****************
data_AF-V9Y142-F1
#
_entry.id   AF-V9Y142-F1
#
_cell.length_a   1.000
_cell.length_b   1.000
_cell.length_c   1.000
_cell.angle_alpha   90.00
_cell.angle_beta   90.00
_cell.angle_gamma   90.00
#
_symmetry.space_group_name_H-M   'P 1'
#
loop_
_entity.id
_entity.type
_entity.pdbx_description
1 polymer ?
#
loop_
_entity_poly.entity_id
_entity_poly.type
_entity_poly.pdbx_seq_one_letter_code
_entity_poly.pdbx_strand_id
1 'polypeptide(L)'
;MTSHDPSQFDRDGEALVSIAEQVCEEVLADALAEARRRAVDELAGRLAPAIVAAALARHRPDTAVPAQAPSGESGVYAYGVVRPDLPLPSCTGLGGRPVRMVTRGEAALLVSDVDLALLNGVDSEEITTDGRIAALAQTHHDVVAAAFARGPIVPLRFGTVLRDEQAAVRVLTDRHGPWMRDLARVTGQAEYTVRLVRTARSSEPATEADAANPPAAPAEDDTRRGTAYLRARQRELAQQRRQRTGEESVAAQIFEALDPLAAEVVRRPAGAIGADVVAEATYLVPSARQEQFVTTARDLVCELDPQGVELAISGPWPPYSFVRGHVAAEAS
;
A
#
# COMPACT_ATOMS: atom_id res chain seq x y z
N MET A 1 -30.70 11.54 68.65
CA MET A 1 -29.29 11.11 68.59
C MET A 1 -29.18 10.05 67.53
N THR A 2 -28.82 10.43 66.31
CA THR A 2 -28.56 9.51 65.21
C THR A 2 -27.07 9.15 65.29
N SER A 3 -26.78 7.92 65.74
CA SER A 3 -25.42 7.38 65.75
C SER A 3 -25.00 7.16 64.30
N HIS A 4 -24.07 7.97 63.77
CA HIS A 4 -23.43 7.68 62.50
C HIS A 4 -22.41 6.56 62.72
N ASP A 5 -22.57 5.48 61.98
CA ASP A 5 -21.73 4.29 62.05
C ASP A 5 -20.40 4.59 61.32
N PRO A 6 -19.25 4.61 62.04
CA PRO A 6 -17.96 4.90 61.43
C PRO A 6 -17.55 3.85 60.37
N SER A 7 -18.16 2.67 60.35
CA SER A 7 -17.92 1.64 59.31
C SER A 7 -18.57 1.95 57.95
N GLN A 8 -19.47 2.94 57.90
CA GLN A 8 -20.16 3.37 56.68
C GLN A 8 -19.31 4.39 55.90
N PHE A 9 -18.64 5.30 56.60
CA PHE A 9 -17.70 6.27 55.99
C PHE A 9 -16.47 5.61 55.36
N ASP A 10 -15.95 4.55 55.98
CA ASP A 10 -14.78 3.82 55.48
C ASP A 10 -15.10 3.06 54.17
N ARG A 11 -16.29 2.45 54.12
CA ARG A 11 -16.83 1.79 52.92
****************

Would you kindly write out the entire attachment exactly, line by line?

data_AF-V9Y142-F1
#
_entry.id   AF-V9Y142-F1
#
_cell.length_a   1.000
_cell.length_b   1.000
_cell.length_c   1.000
_cell.angle_alpha   90.00
_cell.angle_beta   90.00
_cell.angle_gamma   90.00
#
_symmetry.space_group_name_H-M   'P 1'
#
loop_
_entity.id
_entity.type
_entity.pdbx_description
1 polymer ?
#
loop_
_entity_poly.entity_id
_entity_poly.type
_entity_poly.pdbx_seq_one_letter_code
_entity_poly.pdbx_strand_id
1 'polypeptide(L)'
;MTSHDPSQFDRDGEALVSIAEQVCEEVLADALAEARRRAVDELAGRLAPAIVAAALARHRPDTAVPAQAPSGESGVYAYGVVRPDLPLPSCTGLGGRPVRMVTRGEAALLVSDVDLALLNGVDSEEITTDGRIAALAQTHHDVVAAAFARGPIVPLRFGTVLRDEQAAVRVLTDRHGPWMRDLARVTGQAEYTVRLVRTARSSEPATEADAANPPAAPAEDDTRRGTAYLRARQRELAQQRRQRTGEESVAAQIFEALDPLAAEVVRRPAGAIGADVVAEATYLVPSARQEQFVTTARDLVCELDPQGVELAISGPWPPYSFVRGHVAAEAS
;
A
#
# COMPACT_ATOMS: atom_id res chain seq x y z
N MET A 1 -30.70 11.54 68.65
CA MET A 1 -29.29 11.11 68.59
C MET A 1 -29.18 10.05 67.53
N THR A 2 -28.82 10.43 66.31
CA THR A 2 -28.56 9.51 65.21
C THR A 2 -27.07 9.15 65.29
N SER A 3 -26.78 7.92 65.74
CA SER A 3 -25.42 7.38 65.75
C SER A 3 -25.00 7.16 64.30
N HIS A 4 -24.07 7.97 63.77
CA HIS A 4 -23.43 7.68 62.50
C HIS A 4 -22.41 6.56 62.72
N ASP A 5 -22.57 5.48 61.98
CA ASP A 5 -21.73 4.29 62.05
C ASP A 5 -20.40 4.59 61.32
N PRO A 6 -19.25 4.61 62.04
CA PRO A 6 -17.96 4.90 61.43
C PRO A 6 -17.55 3.85 60.37
N SER A 7 -18.16 2.67 60.35
CA SER A 7 -17.92 1.64 59.31
C SER A 7 -18.57 1.95 57.95
N GLN A 8 -19.47 2.94 57.90
CA GLN A 8 -20.16 3.37 56.68
C GLN A 8 -19.31 4.39 55.90
N PHE A 9 -18.64 5.30 56.60
CA PHE A 9 -17.70 6.27 55.99
C PHE A 9 -16.47 5.61 55.36
N ASP A 10 -15.95 4.55 55.98
CA ASP A 10 -14.78 3.82 55.48
C ASP A 10 -15.10 3.06 54.17
N ARG A 11 -16.29 2.45 54.12
CA ARG A 11 -16.83 1.79 52.92